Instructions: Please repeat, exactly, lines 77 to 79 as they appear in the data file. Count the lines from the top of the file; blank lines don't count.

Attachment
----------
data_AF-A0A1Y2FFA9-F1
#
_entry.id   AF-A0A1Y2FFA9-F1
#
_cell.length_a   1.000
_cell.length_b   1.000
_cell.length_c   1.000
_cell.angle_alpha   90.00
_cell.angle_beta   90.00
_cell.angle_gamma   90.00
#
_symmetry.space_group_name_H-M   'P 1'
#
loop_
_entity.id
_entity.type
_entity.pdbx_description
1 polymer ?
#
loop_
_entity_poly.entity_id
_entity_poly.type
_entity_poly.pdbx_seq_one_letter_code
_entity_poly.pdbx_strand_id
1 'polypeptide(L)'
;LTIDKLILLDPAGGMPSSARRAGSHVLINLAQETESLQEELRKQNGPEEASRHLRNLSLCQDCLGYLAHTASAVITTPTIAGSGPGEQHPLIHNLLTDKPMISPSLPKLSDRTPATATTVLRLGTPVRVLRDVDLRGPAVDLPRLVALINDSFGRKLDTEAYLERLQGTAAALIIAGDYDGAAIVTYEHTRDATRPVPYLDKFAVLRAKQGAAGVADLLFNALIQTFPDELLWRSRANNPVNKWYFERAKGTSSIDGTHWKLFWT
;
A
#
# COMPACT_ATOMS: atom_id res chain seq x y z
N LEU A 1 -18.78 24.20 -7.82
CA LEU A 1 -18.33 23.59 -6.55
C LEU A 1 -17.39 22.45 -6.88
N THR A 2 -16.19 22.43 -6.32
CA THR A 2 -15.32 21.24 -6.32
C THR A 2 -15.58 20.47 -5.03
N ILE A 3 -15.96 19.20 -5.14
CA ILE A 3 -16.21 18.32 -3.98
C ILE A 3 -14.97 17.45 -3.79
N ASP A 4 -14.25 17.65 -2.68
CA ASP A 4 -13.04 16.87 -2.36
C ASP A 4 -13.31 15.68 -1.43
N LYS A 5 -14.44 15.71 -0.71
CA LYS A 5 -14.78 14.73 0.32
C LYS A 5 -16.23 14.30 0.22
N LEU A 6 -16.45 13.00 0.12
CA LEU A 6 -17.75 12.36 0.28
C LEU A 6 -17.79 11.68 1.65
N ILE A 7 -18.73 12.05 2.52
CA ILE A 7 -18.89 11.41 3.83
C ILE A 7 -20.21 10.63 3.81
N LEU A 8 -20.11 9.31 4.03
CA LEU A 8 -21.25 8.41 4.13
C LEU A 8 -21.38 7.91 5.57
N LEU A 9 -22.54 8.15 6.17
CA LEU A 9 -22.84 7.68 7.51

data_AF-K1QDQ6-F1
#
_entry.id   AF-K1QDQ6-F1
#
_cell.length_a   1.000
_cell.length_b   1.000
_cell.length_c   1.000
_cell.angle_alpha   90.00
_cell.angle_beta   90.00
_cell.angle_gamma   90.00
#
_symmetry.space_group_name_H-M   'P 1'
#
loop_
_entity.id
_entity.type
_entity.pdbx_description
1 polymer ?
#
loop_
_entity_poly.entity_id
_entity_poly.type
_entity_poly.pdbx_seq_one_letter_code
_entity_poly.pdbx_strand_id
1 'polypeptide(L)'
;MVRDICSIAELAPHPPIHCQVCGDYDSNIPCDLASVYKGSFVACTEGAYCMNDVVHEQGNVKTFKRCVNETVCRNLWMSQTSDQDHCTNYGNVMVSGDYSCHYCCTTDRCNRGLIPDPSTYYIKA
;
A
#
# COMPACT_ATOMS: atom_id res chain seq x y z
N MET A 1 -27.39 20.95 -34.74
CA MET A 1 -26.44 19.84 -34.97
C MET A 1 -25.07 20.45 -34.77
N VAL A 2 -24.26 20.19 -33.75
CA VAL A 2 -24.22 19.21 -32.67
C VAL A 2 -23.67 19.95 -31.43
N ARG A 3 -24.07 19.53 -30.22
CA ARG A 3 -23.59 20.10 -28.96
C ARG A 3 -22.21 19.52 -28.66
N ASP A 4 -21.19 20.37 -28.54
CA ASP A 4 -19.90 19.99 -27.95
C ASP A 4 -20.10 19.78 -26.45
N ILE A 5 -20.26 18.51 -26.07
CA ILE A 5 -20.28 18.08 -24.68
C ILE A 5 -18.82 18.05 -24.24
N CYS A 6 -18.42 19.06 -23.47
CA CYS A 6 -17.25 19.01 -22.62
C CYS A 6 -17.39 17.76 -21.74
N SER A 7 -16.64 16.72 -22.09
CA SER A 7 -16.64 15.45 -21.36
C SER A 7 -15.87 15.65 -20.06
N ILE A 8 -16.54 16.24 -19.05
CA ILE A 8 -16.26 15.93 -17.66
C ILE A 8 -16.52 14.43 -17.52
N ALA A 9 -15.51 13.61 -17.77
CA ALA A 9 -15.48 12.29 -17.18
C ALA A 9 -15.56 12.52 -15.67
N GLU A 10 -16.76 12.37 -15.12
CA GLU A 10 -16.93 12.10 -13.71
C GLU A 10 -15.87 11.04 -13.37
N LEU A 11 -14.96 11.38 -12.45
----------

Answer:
_entity_poly.entity_id
_entity_poly.type
_entity_poly.pdbx_seq_one_letter_code